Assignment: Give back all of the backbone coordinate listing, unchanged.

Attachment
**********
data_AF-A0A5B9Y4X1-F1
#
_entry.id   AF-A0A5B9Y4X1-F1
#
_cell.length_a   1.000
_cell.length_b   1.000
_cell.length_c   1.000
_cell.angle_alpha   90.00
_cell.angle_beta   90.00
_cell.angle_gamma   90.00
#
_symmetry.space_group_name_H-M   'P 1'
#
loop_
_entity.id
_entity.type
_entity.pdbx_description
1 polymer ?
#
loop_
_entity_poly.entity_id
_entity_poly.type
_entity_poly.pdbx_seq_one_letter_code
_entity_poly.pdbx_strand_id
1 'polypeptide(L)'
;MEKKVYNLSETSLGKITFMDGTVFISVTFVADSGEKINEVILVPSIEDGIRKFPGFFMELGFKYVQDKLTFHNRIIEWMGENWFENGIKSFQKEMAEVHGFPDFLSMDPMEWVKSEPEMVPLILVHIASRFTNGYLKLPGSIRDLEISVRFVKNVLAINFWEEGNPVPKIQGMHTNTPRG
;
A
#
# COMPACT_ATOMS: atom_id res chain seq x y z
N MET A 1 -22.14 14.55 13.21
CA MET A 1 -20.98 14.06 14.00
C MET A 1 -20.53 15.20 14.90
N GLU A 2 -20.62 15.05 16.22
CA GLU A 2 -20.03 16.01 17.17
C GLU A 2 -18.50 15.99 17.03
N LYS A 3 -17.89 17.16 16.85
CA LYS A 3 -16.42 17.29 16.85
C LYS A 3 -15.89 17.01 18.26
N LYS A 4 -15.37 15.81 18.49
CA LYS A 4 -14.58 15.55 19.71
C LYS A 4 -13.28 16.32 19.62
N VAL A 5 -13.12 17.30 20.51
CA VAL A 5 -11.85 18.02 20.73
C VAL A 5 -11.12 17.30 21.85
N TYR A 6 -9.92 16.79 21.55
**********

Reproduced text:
data_AF-A0A5B9Y4X1-F1
#
_entry.id   AF-A0A5B9Y4X1-F1
#
_cell.length_a   1.000
_cell.length_b   1.000
_cell.length_c   1.000
_cell.angle_alpha   90.00
_cell.angle_beta   90.00
_cell.angle_gamma   90.00
#
_symmetry.space_group_name_H-M   'P 1'
#
loop_
_entity.id
_entity.type
_entity.pdbx_description
1 polymer ?
#
loop_
_entity_poly.entity_id
_entity_poly.type
_entity_poly.pdbx_seq_one_letter_code
_entity_poly.pdbx_strand_id
1 'polypeptide(L)'
;MEKKVYNLSETSLGKITFMDGTVFISVTFVADSGEKINEVILVPSIEDGIRKFPGFFMELGFKYVQDKLTFHNRIIEWMGENWFENGIKSFQKEMAEVHGFPDFLSMDPMEWVKSEPEMVPLILVHIASRFTNGYLKLPGSIRDLEISVRFVKNVLAINFWEEGNPVPKIQGMHTNTPRG
;
A
#
# COMPACT_ATOMS: atom_id res chain seq x y z
N MET A 1 -22.14 14.55 13.21
CA MET A 1 -20.98 14.06 14.00
C MET A 1 -20.53 15.20 14.90
N GLU A 2 -20.62 15.05 16.22
CA GLU A 2 -20.03 16.01 17.17
C GLU A 2 -18.50 15.99 17.03
N LYS A 3 -17.89 17.16 16.85
CA LYS A 3 -16.42 17.29 16.85
C LYS A 3 -15.89 17.01 18.26
N LYS A 4 -15.37 15.81 18.49
CA LYS A 4 -14.58 15.55 19.71
C LYS A 4 -13.28 16.32 19.62
N VAL A 5 -13.12 17.30 20.51
CA VAL A 5 -11.85 18.02 20.73
C VAL A 5 -11.12 17.30 21.85
N TYR A 6 -9.92 16.79 21.55